in Australia will be Esther Mitchell,
who will appear in several of the
Season's five plays. From Italy and
Poland come two popular character
actors, Tito Vuolo and Kasia Orza-
zewski, who played in the New York
production of "The World We Make"
and who will repeat their comic roles
in the Ann Arbor production.


DAILY OFFICIAL BULLETIN Claude-Ande Puget, the author,
ments and Occupational Information
has received notice of the following
Civil Service examinations. Last date

SUNDAY, APRIL 28, 1940
VOL. L. No. 149
Staff Assistants' Applications: Stu-
dents who will be enrolled in the Uni-
versity during the coming year and
who wish to apply for Staff Assistant-
ships in the Residence Halls for Men
and Women may obtain application
blanks in the Office of the Director
of Residence Halls, 205 South Wing,
Preference will be given to graduate
and professional students in the selec-
tion of appointees for Stockwell
Hall, for the Adelia Cheever House,
for the East and West Quadrangles,
and for Fletcher Hall. A few Staff
Assistantships in Mosher Hall and in
other Houses will be open to under-
graduates. Undergraduates who,
have lived in University of Michigan
Residence Halls are by no means dis-
couraged from making application.
Karl Litzenberg
Dormitory Directors, Chaperons
and Househeads: Freshmen women
may have 10:30 permission for the
W.A.A. Swing Concert, Wednesday,
May 1.
Carnegie Foundation for the Ad-
vancement of Teaching. Mr. Charles
R. Langmuir representing the Foun-
dation will be here Friday, May 3. He
is bringing with him the examination
questions which Mr. Learned present-
ed here in March. Many faculty
members have expressed a wish to see

these questions. Mr. Langmuir will
have them on display in the Board
Room of the Rackham Building Fri-
day, May 3, from 9 to 12 in the morn-
ing and from 1 to 3:30 in the after-
noon. We have also invited him to
speak on the technical problems in-
volved in making such examinations
at 4:15 p.m. in the Amphitheatre of
the Rackham Building on the same
Five major universities have already
used this examination experimental-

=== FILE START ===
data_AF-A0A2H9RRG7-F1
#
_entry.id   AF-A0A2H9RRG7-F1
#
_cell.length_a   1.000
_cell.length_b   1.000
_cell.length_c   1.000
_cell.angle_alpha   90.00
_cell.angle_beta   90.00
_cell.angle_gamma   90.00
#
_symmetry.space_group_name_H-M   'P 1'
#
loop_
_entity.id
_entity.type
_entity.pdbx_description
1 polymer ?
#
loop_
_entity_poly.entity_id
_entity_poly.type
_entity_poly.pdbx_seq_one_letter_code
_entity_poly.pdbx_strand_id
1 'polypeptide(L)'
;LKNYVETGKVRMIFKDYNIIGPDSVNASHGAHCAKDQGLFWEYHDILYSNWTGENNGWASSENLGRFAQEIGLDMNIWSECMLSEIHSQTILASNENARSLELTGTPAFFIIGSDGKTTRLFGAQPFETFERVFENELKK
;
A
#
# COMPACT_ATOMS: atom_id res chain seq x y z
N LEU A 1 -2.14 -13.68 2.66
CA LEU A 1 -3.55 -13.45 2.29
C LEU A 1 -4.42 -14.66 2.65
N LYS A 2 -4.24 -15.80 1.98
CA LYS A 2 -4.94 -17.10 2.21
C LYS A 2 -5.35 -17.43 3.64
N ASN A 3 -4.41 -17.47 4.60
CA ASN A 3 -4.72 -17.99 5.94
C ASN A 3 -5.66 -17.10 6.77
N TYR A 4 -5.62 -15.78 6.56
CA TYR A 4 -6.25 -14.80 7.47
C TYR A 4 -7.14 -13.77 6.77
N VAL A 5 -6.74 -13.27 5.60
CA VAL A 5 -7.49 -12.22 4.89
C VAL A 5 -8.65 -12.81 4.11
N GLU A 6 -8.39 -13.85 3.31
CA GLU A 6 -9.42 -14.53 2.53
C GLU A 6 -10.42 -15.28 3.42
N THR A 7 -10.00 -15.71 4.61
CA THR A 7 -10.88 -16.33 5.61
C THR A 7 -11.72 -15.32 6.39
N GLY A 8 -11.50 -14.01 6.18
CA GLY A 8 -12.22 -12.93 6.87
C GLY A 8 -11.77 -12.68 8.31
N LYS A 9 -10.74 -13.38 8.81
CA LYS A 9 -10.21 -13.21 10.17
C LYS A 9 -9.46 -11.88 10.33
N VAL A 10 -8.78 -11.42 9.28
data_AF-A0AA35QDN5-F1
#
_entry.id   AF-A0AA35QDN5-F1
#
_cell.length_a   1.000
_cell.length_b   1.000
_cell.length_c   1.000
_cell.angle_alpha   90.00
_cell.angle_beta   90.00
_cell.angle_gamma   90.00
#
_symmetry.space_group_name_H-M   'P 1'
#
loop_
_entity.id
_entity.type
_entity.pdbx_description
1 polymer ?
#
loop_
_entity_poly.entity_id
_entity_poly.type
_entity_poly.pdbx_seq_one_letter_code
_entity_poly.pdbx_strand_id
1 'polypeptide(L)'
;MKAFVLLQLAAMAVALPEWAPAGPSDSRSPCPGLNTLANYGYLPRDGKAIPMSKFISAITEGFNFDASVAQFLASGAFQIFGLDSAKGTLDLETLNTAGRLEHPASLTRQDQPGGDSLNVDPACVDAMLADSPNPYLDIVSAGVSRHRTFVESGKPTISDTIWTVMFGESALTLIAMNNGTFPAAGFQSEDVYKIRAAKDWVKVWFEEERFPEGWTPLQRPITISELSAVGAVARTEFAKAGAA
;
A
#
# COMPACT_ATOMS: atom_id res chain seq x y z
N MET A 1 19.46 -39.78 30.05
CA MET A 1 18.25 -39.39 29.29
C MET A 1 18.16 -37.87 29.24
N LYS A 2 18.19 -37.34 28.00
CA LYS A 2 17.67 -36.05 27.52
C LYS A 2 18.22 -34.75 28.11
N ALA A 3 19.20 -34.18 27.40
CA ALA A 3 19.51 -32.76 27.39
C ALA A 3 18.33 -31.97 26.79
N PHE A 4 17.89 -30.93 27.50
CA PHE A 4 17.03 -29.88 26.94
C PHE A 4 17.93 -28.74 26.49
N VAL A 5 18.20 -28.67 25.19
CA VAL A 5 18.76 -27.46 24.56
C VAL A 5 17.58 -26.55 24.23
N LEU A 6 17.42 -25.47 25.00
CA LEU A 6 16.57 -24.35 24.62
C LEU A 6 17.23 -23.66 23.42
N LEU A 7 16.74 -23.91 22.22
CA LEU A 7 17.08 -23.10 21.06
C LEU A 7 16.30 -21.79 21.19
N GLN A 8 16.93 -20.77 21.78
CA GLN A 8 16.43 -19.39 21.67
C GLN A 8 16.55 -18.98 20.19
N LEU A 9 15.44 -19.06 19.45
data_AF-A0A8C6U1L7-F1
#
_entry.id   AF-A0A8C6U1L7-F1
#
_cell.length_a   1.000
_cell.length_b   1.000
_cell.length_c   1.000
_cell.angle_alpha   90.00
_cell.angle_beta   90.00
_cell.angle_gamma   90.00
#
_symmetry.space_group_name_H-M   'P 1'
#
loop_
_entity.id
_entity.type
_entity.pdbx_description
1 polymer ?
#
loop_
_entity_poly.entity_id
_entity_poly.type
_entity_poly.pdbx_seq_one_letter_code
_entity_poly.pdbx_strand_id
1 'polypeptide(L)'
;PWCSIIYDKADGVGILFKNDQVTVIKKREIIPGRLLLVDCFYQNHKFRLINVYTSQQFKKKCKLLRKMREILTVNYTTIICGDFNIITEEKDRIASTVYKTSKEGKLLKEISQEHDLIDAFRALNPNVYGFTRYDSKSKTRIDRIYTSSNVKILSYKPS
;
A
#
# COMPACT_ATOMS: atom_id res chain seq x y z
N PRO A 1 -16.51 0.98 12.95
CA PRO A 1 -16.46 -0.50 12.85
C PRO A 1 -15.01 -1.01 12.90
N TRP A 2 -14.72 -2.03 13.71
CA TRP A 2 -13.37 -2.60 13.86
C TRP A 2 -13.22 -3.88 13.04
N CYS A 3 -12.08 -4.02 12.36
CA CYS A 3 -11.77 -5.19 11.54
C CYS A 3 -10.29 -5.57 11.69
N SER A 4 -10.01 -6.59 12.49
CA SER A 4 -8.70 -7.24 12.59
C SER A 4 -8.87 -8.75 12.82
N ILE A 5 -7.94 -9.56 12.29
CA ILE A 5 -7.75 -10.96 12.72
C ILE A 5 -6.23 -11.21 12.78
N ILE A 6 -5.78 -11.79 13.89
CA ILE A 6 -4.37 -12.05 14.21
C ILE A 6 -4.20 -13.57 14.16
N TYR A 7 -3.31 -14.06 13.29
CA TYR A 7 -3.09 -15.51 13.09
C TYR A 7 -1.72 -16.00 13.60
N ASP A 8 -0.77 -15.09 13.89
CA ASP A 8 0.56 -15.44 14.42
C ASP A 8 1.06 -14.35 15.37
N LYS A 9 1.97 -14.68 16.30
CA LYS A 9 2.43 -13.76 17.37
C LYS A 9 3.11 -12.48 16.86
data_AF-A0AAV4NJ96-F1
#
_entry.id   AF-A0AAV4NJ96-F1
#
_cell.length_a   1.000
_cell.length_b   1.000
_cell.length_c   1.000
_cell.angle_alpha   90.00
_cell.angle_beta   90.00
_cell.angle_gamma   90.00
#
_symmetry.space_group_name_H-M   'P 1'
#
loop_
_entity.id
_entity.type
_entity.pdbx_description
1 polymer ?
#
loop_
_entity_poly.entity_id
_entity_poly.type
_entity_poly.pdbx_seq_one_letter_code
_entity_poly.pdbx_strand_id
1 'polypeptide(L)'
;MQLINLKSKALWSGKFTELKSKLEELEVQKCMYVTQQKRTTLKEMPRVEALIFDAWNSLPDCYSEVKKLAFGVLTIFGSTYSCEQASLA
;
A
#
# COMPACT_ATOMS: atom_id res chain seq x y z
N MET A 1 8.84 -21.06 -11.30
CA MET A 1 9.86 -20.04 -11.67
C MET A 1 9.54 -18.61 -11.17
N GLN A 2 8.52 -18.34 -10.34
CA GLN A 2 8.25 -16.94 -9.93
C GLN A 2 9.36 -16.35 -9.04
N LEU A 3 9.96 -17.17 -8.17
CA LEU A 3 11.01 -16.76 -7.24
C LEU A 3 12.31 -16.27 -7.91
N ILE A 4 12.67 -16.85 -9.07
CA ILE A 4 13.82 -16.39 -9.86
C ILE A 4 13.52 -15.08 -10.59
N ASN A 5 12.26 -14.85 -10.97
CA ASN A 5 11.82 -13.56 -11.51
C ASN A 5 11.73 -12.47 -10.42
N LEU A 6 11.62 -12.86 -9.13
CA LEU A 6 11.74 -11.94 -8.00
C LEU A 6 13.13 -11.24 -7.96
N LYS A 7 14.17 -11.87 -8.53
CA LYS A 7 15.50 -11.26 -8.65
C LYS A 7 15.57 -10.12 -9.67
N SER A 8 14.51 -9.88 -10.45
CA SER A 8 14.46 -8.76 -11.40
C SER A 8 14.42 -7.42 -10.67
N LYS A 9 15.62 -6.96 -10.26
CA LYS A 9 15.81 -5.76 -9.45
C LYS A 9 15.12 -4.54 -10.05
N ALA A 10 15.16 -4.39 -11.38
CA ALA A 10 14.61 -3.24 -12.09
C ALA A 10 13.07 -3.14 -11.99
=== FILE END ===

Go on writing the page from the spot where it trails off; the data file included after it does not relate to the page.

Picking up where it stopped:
ly with entering graduate students,
and twelve leading colleges gave it
to their senior classes in February
of this year. Mr. Langmuir will also
discuss some of the results of these
C. S. Yoakum
May Festival Tickets: A limited
number of tickets are available for all
May Festival concerts, except Friday
night. .These are being disposed of
in the order of application at the
School of Music office on Maynard
Street. A limited number of stand-
ing room tickets will be placed on
sale for all concerts.
Fifteenth Century Printing: In
celebration of the 500th anniversary
of the invention of printing, the
General Library is making an exhibit
of selections from its collections of
fifteenth century books. It is pro-
posed to print a list of all incunabula
owned in Ann Arbor. Members of the
faculties and others having fifteenth
century books are urged to send their
titles to the Librarian's office before
May 4 for inclusion in this list.
Wm. W. Bishop, Librarian
Doctoral Examination of James
Merry will be held at 3:30 p.m. Mon-
day, April 29. in 1129 Natural Science
Building. Mr. Merry's department
of specialization is Botany. The title
of his thesis is "The Development of
the Embryo of Barley and the Growth
of Barley Embryos in Culture."
Dr. C. D. La Rue, as chairman of
the committee, will conduct the ex-
amination. By direction of the Ex-
ecutive Board, the chairman has the
privilege of inviting members of the
faculty and advanced doctoral can-
didates to attend the examination and
to grant permission to others who
might wish to be present.
C. S. Yoakum
The University Bureau of Appoint-